Burke started teaching 12 years ago after graduating from the art education program at Northern Illinois University. He worked at Elm Middle School in Elmwood Park for five years before joining Barrington High School in 2007, where he has taught painting and drawing, ceramics, digital art, printmaking and graphic design.

Besides his job as a teacher, Burke also works on the side as a graphic designer, designing labels, brochures and illustrations for blogs.

Co-worker Jeff Doles, a TV production teacher at Barrington, said he felt Burke's experience in multiple mediums and his broad artistic interests are beneficial in the classroom.

"A lot of times, teachers get caught up in just teaching," he said. "He has quirky things he's passionate about. He stays in touch with the art community. I think that makes him a better teacher."

Fine Arts Department Chair Grant Sahr said Burke "really encourages students to take creative risks." He attributed the ceramics program's growth in recent years to Burke, noting that many students take a liking to his teaching style.

"I think the students share their experiences in the class, and I think that's a big, key component to the growth we're seeing in that area," he said. "I really look forward to watching his program grow."

While he has found success as a teacher, Burke is the quick to admit that he wasn't the best student while attending Fremd High School.

But a teacher there -- Curt Pinley, who is now the school's art department chair -- showed him a way of teaching that he has brought into his own classroom.

"He saw us almost like colleagues," Burke said, recalling a time when Pinley let his students critique his work. "He really started that whole idea in my mind of sitting with the students and working with them."

Prior to the summer school art show, Burke circled around the darkened art room to observe his nine students, who were shading in drawings of skulls that were illuminated by different colored lights.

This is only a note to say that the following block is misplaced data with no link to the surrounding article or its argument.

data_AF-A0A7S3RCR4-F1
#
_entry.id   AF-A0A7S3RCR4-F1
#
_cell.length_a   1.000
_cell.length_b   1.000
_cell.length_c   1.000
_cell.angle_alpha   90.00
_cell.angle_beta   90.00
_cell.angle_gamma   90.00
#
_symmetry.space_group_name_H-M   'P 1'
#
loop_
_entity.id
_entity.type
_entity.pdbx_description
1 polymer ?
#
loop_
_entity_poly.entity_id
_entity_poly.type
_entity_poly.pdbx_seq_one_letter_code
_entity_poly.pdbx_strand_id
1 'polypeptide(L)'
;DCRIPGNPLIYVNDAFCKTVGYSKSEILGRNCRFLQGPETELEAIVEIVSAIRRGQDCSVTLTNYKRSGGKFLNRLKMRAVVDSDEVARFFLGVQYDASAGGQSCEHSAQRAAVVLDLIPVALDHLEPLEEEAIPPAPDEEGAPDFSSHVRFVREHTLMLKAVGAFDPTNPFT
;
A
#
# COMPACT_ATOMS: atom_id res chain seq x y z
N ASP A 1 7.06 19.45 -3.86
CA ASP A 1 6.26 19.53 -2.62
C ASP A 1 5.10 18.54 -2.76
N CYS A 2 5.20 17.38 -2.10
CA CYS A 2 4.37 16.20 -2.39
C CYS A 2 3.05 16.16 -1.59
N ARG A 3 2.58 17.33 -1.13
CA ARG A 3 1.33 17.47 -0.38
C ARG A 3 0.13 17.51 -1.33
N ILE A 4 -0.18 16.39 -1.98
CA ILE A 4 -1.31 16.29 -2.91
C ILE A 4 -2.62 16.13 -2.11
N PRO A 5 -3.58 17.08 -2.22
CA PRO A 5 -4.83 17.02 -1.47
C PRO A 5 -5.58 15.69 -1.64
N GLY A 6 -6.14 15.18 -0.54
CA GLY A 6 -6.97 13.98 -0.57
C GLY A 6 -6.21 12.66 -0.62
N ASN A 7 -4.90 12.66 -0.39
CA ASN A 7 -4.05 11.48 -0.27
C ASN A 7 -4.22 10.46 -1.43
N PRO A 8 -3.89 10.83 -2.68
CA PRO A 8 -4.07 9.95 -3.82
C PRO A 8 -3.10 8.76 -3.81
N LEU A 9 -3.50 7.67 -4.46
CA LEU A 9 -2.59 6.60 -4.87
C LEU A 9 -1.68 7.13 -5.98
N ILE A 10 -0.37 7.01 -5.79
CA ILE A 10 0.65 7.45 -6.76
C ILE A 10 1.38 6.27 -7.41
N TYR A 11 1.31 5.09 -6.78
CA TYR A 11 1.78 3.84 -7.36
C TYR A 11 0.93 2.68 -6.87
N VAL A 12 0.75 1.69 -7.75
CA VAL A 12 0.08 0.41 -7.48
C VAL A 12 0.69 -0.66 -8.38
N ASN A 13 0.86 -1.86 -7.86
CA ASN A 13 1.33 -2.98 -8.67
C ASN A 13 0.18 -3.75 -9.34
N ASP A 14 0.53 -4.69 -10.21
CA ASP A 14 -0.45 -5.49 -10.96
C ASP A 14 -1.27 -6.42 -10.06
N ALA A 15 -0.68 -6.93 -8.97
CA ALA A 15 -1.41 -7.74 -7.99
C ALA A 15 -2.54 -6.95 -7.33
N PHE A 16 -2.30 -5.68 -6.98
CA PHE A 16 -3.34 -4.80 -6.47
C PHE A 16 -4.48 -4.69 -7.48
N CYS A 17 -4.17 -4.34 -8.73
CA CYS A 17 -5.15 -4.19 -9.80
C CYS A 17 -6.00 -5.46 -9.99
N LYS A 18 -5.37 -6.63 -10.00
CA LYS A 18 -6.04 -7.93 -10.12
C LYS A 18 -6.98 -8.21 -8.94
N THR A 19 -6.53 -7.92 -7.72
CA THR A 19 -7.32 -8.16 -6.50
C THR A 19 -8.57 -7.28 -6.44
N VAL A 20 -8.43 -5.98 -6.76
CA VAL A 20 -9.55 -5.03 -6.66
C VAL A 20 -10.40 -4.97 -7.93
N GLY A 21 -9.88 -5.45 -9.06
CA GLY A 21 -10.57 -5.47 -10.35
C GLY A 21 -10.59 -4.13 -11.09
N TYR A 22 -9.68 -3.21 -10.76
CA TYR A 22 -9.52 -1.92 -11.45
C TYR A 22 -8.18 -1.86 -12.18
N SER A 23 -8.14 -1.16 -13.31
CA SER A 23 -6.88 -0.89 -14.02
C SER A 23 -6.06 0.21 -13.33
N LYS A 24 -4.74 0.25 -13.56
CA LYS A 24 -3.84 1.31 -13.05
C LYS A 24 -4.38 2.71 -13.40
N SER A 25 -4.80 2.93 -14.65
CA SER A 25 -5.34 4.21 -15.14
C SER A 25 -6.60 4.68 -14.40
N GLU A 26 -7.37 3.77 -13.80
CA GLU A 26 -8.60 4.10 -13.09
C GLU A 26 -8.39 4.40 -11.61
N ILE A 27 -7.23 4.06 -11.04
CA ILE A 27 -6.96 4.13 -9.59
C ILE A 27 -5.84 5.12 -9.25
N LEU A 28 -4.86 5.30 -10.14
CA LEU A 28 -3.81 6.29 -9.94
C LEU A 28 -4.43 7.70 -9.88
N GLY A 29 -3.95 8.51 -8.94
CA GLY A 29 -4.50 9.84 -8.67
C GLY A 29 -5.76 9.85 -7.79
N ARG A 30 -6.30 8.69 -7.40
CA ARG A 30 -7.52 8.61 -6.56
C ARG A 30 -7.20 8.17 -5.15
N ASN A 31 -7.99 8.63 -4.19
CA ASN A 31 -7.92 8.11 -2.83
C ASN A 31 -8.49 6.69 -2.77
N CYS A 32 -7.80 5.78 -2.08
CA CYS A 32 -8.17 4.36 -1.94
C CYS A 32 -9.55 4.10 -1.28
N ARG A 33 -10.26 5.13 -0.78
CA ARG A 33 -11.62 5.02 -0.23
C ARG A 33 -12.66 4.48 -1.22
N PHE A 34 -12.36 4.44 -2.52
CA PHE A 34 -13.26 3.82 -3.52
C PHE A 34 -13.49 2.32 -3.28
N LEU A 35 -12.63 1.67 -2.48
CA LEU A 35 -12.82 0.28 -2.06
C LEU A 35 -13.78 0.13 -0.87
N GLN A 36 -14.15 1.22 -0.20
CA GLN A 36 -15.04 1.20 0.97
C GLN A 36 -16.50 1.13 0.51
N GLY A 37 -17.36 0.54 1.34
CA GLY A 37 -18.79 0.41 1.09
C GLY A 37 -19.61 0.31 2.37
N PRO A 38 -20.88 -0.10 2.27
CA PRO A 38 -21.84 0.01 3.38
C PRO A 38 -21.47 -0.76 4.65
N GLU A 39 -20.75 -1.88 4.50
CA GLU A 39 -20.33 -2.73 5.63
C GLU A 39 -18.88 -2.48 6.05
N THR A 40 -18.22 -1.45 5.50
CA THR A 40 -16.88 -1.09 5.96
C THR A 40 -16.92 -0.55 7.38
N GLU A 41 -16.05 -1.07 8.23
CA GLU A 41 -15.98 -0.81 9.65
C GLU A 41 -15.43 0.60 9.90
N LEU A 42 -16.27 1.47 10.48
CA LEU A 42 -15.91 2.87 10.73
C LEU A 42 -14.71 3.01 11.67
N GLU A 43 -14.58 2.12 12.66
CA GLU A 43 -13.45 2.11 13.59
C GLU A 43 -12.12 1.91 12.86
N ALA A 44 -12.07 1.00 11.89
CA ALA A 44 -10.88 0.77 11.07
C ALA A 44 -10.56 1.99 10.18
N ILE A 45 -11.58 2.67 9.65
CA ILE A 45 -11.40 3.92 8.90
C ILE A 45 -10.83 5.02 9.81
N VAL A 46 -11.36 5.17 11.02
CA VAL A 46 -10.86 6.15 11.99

Alternative music played softly in the background and students snacked on the candy they would later share with their admirers in the hall.

Donning thick black glasses, a plaid shirt and shoes covered in dust from previous art projects, Burke stopped at each table, occasionally taking a pastel in his hand to show the technique while providing encouraging feedback.

"My work's not any more important than their work," he said. "We're all in the same boat together; we're all artists. It's just a level playing field and everybody can make art and have fun."

Incoming senior Brittany Smith said she likes the way Burke comes off more as a friend than a teacher, and that he does the work alongside the students.

"I like his criticism because it's not mean, but it's not soft. It's kind of just real," she said.

Incoming senior Andrew Wenzel agreed that Burke stands out because of his down-to-earth attitude.

"I've only been in his class for three weeks now and he's already one of my favorite teachers in high school," he said. "I think he's one of the nicest teachers I've ever had. He won't tell you no, but he tries to put you in the right direction."